From the Association of International Educators (NAFSA) for Tuesday, May 26. Professor Muhammad Yunus will speak at the event between 4:15 and 6:00pm:
Open to All Registrants The visionary founder of the Grameen Bank, Professor Muhammad Yunus leads a global network aimed at ending poverty around the world. Recognized alongside the bank "for their efforts to create economic and social development from below" with the 2006 Nobel Peace Prize, his ideas couple capitalism with social responsibility and have changed the face of rural economic and social development forever.
As a Fulbright Scholar at Vanderbilt University, Professor Yunus received his Ph.D. in Economics in 1969. Later that year, he became an assistant professor of Economics at Middle Tennessee State University, before returning to Bangladesh where he joined the Economics Department at Chittagong University.
Professor Yunus is responsible for many innovative programs benefiting the rural poor. In 1974, he pioneered the idea of Gram Sarker as a form of local government based on the participation of rural people, which was adopted by the Bangladeshi government in 1980. In 1978, he received the president's award for his work on Tebhaga Khamar, a system of cooperative three-share farming embraced by the Bangladeshi government in 1977. He received the Independence Day Award, Bangladesh's highest honor, in 1987.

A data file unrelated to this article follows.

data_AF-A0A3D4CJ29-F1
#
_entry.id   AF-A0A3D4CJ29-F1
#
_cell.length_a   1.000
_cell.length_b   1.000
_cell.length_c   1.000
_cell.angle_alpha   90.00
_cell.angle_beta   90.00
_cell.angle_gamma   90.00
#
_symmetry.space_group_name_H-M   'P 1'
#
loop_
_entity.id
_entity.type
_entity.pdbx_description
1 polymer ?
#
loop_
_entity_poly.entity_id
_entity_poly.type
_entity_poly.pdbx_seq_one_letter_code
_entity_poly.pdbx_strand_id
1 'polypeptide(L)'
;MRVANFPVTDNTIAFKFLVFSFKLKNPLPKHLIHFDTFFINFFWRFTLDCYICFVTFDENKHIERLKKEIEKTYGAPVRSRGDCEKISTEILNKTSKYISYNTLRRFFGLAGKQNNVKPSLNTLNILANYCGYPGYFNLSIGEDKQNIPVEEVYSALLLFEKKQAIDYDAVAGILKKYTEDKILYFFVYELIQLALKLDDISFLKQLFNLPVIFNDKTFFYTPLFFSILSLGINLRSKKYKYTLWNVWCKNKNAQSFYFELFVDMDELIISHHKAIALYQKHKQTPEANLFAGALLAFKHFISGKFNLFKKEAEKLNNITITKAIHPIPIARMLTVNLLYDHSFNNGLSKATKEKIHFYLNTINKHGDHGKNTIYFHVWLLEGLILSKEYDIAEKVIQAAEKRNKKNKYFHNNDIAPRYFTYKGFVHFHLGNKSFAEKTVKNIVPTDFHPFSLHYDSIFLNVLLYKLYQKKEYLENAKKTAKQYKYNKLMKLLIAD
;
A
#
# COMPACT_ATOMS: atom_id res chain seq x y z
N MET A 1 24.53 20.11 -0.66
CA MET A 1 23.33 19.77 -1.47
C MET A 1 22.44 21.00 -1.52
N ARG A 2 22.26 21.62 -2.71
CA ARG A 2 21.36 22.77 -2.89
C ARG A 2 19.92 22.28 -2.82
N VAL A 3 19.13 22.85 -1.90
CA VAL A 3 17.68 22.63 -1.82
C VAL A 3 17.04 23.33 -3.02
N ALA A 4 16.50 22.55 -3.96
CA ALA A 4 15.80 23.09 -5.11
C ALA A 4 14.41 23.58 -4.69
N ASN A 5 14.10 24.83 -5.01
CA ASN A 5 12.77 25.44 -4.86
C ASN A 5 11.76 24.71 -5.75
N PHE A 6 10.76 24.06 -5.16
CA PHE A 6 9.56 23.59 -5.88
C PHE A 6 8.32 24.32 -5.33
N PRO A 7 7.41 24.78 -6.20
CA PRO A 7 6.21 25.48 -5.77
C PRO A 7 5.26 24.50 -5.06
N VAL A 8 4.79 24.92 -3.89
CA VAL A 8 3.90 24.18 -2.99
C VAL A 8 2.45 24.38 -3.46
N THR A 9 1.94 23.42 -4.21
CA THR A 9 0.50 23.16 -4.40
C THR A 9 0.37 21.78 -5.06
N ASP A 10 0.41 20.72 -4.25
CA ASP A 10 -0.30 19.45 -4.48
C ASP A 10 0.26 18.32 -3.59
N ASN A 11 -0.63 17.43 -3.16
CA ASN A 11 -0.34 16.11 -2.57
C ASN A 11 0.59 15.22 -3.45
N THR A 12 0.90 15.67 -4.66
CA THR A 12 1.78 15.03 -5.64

Professor Yunus's work has led to his appointment to several United Nations commissions and advisory groups—especially those dealing with women's economic empowerment. Yunus has also worked with many organizations dealing with education, population, health, disaster prevention, banking, and development programs. Professor Yunus sits on the International Council of Ashoka Foundation, the global network of social entrepreneurs, and is a member of The Elders, a group of global peacemakers organized by Nelson Mandela.
An accomplished writer, Professor Yunus is the author of Banker to the Poor: Micro-Lending and the Battle Against World Poverty and Creating a World Without Poverty: Social Business and the Future of Capitalism.